Monday, January 20, 2014
My Father's Dragon series, by Ruth Stiles Gannett
Soooo . . . funny - (ha ha) - story about these books. Once upon a time I picked up a copy of My Father's Dragon (at Goodwill or someplace) and read the first two pages of it. If you've read the book then you know that in the opening chapter of the story the mother is pronounced "rude" and mean. Well. I can't say I was very much interested in reading the book beyond that, as I'd really like to not read books to my kids that portray my position as being so horrible. I took the book back to Goodwill (or wherever) determined to leave this one unread. I patted myself on the back and moved along.
Then, two years ago, I almost burned down our house and Annette was so very kind and so very gracious in sending me a few books to read while we were living in temporary housing. One of the books she sent was, (you guessed it!), My Father's Dragon. Admittedly I was, like, "OOOOOhhhhh nooooo!!!" because a book received as a gift simply must be read (most of the time). My second thought was, "Weeellll, if Annette likes it then maybe it's not so bad and I dismissed it too quickly." This debate raged in my brain as I stuck the book up on a shelf. (I am nothing if not honest in this review, ok?) Then Stephanie said she read it to her kids and I questioned myself again. Lastly, my friend M was RAVING (and I do mean raving) about this book saying it was one that I absolutely HAD to read to my children in order for them to be considered literate human beings. Well. What's a body to do but let the book sit on the shelf a few more months while you consider what a perfectly rotten mother you are for not reading them this book? Options are limited.
As it turns out though, I think it sat on the shelf for a decent period of time. By the time I did manage to rectify the situation and save my children's reading souls alive, my oldest son was seven and my second was four and that is really quite the perfect ages to read this book aloud. That is my long-winded way of saying, "THANKS, ANNETTE, FOR THIS MARVELOUS READ!" Ahem.
We read My Father's Dragon in two sittings because it had to be done. Just like everyone said we would, we all enjoyed it. Actually, I was rather surprised by my four year old's reaction to it. He really got into the tale and laughed quite a bit, always asking that we not read ahead without him. He loved the main character of Elmer, a young boy in search of an imaginary place called Wild Island. Elmer goes off to find a baby dragon which is being held captive by the other animals on the island. In order to accomplish his mission he brings with him some chewing gum, two dozen pink lollipops, a package of rubber bands, black rubber boots, a compass, a toothbrush and a tube of toothpaste, six magnifying glasses, a very sharp jackknife, a comb and a hairbrush, seven hair ribbons of different colors, an empty grain bag with a label saying "Cranberry", some clean clothes, and enough food to last him on his journey to said island. Using these various items he manages to trick and escape from a mouse, some wild boards, a couple of gorillas, and a bunch of crocodiles. He finds the baby dragon and the dragon is rescued. All's well that ends well, as they say.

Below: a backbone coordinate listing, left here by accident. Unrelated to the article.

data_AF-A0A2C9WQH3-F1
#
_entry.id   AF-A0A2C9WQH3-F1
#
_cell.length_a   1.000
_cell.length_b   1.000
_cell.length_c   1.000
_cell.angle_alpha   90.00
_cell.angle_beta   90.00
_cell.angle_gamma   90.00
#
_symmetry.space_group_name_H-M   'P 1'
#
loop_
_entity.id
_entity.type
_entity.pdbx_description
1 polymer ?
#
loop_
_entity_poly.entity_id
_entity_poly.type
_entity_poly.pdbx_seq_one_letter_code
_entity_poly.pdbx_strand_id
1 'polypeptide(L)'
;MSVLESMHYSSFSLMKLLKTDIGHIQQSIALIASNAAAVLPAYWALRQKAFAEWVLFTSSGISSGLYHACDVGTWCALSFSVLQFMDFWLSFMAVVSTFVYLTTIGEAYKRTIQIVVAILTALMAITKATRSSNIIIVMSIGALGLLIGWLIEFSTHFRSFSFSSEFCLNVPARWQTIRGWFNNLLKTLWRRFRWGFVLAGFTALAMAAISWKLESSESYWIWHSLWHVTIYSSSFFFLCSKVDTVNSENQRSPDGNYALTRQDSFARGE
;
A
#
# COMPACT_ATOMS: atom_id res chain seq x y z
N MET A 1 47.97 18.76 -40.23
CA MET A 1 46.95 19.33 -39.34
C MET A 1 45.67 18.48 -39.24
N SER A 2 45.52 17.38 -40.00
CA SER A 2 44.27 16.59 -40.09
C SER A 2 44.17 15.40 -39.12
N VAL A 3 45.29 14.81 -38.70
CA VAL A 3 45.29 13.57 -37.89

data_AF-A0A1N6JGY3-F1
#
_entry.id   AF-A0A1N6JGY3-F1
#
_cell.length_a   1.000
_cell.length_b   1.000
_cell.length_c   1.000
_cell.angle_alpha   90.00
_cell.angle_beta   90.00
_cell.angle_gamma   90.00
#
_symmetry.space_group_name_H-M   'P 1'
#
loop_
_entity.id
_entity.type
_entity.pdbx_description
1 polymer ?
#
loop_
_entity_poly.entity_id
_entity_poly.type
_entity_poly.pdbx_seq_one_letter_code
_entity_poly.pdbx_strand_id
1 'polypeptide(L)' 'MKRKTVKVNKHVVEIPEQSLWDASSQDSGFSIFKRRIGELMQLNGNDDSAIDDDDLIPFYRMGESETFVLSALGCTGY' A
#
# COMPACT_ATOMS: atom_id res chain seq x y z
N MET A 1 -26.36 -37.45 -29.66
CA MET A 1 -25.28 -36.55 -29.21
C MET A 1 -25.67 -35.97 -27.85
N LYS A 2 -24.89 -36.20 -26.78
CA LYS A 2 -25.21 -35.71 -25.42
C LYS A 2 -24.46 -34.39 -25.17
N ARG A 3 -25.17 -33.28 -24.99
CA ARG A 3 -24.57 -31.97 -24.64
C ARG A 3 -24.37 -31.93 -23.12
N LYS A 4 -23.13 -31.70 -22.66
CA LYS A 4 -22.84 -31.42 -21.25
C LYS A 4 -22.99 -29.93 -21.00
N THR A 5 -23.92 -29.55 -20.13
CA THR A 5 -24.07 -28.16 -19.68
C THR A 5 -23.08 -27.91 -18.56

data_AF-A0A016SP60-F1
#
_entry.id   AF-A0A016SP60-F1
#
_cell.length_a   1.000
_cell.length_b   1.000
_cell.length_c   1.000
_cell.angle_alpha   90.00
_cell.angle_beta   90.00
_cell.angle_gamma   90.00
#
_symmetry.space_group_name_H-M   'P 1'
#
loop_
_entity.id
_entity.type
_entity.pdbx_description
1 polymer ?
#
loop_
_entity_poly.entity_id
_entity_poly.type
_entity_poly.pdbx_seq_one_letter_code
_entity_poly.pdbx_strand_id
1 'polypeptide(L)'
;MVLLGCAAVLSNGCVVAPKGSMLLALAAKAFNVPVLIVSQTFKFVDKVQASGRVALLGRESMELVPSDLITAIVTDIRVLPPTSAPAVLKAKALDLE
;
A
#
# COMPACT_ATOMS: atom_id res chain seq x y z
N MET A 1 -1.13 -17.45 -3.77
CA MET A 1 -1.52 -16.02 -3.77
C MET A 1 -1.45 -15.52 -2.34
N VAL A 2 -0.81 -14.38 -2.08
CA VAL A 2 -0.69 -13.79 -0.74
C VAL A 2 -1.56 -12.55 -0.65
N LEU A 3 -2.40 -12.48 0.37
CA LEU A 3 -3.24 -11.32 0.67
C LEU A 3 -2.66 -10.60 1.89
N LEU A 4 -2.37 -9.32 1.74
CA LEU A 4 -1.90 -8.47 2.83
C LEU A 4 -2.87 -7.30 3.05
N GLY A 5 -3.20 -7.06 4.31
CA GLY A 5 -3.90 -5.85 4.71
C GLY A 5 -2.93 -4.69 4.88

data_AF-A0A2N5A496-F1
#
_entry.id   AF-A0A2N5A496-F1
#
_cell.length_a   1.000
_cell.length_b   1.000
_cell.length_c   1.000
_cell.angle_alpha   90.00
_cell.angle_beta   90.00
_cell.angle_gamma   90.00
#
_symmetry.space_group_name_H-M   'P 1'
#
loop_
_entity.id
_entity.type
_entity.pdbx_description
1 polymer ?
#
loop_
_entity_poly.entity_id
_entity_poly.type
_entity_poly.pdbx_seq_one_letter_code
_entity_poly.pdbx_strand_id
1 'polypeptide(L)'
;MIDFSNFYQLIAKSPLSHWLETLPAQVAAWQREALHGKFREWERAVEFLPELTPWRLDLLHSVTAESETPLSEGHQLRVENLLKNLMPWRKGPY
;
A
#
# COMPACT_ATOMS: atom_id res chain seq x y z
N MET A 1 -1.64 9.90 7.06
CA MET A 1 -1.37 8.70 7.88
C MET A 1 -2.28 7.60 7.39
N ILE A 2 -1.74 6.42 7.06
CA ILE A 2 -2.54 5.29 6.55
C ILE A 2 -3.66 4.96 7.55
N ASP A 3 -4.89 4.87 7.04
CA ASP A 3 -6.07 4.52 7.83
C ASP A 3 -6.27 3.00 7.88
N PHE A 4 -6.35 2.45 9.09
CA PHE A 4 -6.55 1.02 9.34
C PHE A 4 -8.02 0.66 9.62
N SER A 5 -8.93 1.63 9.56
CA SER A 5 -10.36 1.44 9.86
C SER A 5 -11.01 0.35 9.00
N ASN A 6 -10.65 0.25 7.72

The story is told in a very tongue-in-cheek manner, the chapters are short, and the characters delightful. Gannett's sense of humor connects well with young children making for an all around delightful read (excepting the part about the mother, of course). We liked it so much that we had to pick up a copy of the second and third books in the series and read them immediately.
Sometimes sequels disappoint but not so with Elmer and the Dragon. Elmer and his rescued baby dragon are flying back to Elmer's home in Nevergreen City. The dragon, being just a babe, gets a little tired by the long flight and the two make an emergency landing near an island in the middle of the ocean. While there they meet a flock of canaries who are oh so very curious and who are guarding a mysterious treasure on their shores. What is the treasure? Well, I cannot tell you that. Does Elmer make it home? I will tell you that, not only does he make it home, but his mother is very welcoming and loving upon his arrival. (Redeemed!)
Lastly, we read The Dragons of Blueland. In this book, the dragon - whose name is Boris, by the way - is ready to return to the family he lost before being captured and held on Wild Island. He makes it to Blueland where his family lives only to discover that they are being held captive in a cave by some men who just discovered the dragons' existence. Boris wants to save his family but doesn't quite know how to do so all by himself. Boris does know just who can help him and so he returns to Nevergreen City to pick up Elmer and the two friends save the day (again)!
All of the stories were delightfully quirky and cute. If you haven't read the series yet, I - *coughcough* - rather recommend them. (As Rachel Lynde says, "You're never safe from surprises until you're dead!" That's a fact.)
My family's many thanks to the many people who worked to make this read possible. (Most especially we thank Annette, who forced our reading hand!)
We can now hold our heads up high in society's reading circles once again. (Right?)